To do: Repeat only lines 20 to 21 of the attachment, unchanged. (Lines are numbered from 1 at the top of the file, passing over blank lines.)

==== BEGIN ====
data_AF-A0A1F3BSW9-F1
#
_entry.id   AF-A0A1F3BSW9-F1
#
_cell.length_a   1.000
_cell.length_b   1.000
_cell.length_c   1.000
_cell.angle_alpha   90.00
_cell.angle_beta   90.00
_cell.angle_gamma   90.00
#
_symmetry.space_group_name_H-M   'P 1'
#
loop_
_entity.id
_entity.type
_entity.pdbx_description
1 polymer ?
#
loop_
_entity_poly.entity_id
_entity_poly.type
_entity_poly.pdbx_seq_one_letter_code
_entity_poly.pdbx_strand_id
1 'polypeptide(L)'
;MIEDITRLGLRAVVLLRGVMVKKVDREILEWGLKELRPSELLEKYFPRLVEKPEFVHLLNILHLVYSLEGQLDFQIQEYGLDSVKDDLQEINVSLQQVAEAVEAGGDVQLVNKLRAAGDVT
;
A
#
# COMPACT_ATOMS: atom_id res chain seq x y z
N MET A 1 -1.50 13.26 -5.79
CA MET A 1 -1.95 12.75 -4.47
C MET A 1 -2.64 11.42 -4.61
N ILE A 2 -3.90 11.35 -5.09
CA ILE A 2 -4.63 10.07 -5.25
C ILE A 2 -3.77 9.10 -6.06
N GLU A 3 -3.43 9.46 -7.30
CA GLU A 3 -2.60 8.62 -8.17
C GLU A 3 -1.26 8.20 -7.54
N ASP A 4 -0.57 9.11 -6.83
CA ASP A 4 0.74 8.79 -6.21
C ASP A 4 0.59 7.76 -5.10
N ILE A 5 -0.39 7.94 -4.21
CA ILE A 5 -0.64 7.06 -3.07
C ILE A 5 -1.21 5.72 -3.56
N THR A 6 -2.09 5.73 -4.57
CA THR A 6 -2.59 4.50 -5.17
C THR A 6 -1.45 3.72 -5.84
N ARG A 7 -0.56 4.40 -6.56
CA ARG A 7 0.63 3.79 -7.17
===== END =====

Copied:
loop_
_entity_poly.entity_id